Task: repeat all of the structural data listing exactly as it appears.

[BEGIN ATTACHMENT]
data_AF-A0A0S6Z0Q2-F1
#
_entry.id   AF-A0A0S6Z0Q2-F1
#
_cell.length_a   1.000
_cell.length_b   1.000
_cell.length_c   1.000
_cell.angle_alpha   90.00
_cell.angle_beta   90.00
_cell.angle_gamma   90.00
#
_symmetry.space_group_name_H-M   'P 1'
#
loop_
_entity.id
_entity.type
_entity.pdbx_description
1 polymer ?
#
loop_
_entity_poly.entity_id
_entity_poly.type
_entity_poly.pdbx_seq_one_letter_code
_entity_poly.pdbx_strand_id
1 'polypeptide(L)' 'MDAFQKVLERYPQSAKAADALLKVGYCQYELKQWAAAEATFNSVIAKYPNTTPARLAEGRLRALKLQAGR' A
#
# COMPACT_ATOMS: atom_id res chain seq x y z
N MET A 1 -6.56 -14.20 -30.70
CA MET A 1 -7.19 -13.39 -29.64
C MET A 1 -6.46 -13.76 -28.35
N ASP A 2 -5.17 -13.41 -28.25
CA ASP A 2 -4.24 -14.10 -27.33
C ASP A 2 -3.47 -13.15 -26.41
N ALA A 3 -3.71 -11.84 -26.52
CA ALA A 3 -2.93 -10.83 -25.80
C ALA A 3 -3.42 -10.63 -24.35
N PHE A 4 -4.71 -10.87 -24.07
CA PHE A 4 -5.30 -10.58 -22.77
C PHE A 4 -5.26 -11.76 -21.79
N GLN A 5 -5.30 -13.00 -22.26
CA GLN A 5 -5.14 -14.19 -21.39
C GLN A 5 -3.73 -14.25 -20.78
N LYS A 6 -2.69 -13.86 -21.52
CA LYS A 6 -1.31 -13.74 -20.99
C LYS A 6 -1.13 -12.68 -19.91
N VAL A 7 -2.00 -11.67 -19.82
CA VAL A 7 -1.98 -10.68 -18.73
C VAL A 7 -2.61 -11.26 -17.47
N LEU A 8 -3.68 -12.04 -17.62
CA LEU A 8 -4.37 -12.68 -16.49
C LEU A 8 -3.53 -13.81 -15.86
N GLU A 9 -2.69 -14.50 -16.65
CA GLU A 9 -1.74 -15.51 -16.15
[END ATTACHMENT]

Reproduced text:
data_AF-A0A0S6Z0Q2-F1
#
_entry.id   AF-A0A0S6Z0Q2-F1
#
_cell.length_a   1.000
_cell.length_b   1.000
_cell.length_c   1.000
_cell.angle_alpha   90.00
_cell.angle_beta   90.00
_cell.angle_gamma   90.00
#
_symmetry.space_group_name_H-M   'P 1'
#
loop_
_entity.id
_entity.type
_entity.pdbx_description
1 polymer ?
#
loop_
_entity_poly.entity_id
_entity_poly.type
_entity_poly.pdbx_seq_one_letter_code
_entity_poly.pdbx_strand_id
1 'polypeptide(L)' 'MDAFQKVLERYPQSAKAADALLKVGYCQYELKQWAAAEATFNSVIAKYPNTTPARLAEGRLRALKLQAGR' A
#
# COMPACT_ATOMS: atom_id res chain seq x y z
N MET A 1 -6.56 -14.20 -30.70
CA MET A 1 -7.19 -13.39 -29.64
C MET A 1 -6.46 -13.76 -28.35
N ASP A 2 -5.17 -13.41 -28.25
CA ASP A 2 -4.24 -14.10 -27.33
C ASP A 2 -3.47 -13.15 -26.41
N ALA A 3 -3.71 -11.84 -26.52
CA ALA A 3 -2.93 -10.83 -25.80
C ALA A 3 -3.42 -10.63 -24.35
N PHE A 4 -4.71 -10.87 -24.07
CA PHE A 4 -5.30 -10.58 -22.77
C PHE A 4 -5.26 -11.76 -21.79
N GLN A 5 -5.30 -13.00 -22.26
CA GLN A 5 -5.14 -14.19 -21.39
C GLN A 5 -3.73 -14.25 -20.78
N LYS A 6 -2.69 -13.86 -21.52
CA LYS A 6 -1.31 -13.74 -20.99
C LYS A 6 -1.13 -12.68 -19.91
N VAL A 7 -2.00 -11.67 -19.82
CA VAL A 7 -1.98 -10.68 -18.73
C VAL A 7 -2.61 -11.26 -17.47
N LEU A 8 -3.68 -12.04 -17.62
CA LEU A 8 -4.37 -12.68 -16.49
C LEU A 8 -3.53 -13.81 -15.86
N GLU A 9 -2.69 -14.50 -16.65
CA GLU A 9 -1.74 -15.51 -16.15